By Mattie DeDoes
Picture the average pro sports arena, complete with gargantuan scoreboards, towering steel frames, and sprawling parking lots. Now factor in the countless burgers cooked, beers drank, and hours of TV watched by loyal fans. Another season’s worth of collective emotional energy (sadly, an energy source that no one knows how to tap!) keeping hopes for a Browns vs. Lions Super Bowl matchup alive. What is the end result of all this expenditure? A great deal of waste associated with American sports, hardly representing a shining beacon of environmental responsibility.
However, across the country and around the globe, professional sports teams are seeking to make their operations more fiscally and environmentally resource-effective, in part through the use of solar power. Along with implementing water conservation and waste management programs, many major sporting venues throughout the United States have begun to use on-site solar power arrays to offset the facility’s energy use.
Rio Tinto Stadium
The most recent example of stadium solar application was unveiled on October 10, 2015, at Rio Tinto Stadium in Sandy, Utah, a suburb of Salt Lake City. Rio Tinto Stadium is home to two professional soccer teams - the MLS’ (Major League Soccer)’ Real Salt Lake club and the USL’s (United Soccer League) Real Monarchs.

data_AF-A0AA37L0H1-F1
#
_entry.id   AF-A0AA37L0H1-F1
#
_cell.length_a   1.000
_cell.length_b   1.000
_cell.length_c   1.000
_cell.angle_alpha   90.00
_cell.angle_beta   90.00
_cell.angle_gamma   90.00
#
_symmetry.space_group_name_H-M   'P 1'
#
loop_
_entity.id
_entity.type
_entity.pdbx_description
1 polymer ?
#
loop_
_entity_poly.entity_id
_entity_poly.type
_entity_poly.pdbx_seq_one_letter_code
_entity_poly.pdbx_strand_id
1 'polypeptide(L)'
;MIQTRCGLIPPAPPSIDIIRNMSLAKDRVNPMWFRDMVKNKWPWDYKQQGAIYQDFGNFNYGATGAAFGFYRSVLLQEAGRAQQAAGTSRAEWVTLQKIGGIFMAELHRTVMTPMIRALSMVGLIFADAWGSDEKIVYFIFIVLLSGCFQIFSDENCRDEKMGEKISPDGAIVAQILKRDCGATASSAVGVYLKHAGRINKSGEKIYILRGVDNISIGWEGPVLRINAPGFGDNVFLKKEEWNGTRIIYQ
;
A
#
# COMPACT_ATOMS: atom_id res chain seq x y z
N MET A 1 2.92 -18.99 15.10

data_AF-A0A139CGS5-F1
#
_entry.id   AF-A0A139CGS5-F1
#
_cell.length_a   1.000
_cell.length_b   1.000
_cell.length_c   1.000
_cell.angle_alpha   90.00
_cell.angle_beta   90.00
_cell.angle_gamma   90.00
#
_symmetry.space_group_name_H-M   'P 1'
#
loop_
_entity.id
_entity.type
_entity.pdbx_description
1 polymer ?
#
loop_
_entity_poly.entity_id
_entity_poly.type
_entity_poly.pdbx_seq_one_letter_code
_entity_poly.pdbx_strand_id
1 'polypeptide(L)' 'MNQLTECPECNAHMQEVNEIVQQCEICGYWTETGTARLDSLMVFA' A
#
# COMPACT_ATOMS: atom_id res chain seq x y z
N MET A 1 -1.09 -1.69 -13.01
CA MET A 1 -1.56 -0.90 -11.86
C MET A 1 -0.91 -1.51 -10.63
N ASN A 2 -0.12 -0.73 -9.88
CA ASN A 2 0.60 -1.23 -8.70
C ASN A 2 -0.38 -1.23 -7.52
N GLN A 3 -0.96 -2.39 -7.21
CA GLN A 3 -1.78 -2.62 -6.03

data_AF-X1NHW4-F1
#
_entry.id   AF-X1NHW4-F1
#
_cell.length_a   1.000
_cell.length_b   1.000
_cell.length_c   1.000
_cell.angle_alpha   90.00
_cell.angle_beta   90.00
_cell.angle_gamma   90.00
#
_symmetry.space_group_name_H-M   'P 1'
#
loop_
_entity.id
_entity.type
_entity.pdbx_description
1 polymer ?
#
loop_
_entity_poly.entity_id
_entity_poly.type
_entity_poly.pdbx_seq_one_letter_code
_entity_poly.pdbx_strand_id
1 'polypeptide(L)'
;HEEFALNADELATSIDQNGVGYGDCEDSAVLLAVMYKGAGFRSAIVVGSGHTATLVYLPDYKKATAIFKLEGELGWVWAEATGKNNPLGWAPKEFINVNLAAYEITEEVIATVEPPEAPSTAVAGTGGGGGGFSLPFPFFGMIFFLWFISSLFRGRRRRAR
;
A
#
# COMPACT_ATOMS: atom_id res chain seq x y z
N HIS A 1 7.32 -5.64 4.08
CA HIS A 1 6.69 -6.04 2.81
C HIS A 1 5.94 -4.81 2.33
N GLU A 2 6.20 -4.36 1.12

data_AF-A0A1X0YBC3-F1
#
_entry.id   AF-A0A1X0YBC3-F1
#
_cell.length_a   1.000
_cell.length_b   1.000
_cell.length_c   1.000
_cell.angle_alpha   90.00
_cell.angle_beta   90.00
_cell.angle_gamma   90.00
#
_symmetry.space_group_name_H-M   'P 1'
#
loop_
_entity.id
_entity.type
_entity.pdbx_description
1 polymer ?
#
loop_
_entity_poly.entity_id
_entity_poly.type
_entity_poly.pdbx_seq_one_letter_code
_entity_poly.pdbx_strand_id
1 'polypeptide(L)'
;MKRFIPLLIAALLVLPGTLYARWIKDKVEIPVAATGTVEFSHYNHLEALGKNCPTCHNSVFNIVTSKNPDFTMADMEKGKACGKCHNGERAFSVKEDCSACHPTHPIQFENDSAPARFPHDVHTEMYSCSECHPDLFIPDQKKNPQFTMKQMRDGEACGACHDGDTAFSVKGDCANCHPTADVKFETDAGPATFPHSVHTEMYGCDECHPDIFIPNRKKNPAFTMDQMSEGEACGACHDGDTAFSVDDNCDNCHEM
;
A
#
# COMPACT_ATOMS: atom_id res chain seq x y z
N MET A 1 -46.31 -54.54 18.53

The solar field, a 2.02 MW installation spread across various rooftops, is expected to provide 73% of the energy consumed by the facility - the largest energy offset of any venue in American pro sports. In addition to achieving this milestone, the Rio Tinto project also becomes the largest privately-owned solar array in the entire state of Utah. The majority of the 6,423 solar panels are situated atop parking garages that are connected to the stadium. The system, constructed by Utah-based company Auric Solar, is fully grid-connected and covers the equivalent of 2.3 American football fields, or 1.3 FIFA regulation soccer fields.
Why Stadium Solar?
With the need for extremely bright lights, electronic retractable roof systems, and hundreds of video screens, it is no secret that stadiums can be monstrous consumers of electricity. On the other hand, there are certain characteristics that stadiums possess that make them extremely viable candidates for solar installation.
First and foremost, most arenas (especially indoor ones) have large amounts of available unshaded rooftop surface area. Additionally, by producing power at the same location that it is being consumed, transmission losses can be kept to a minimum.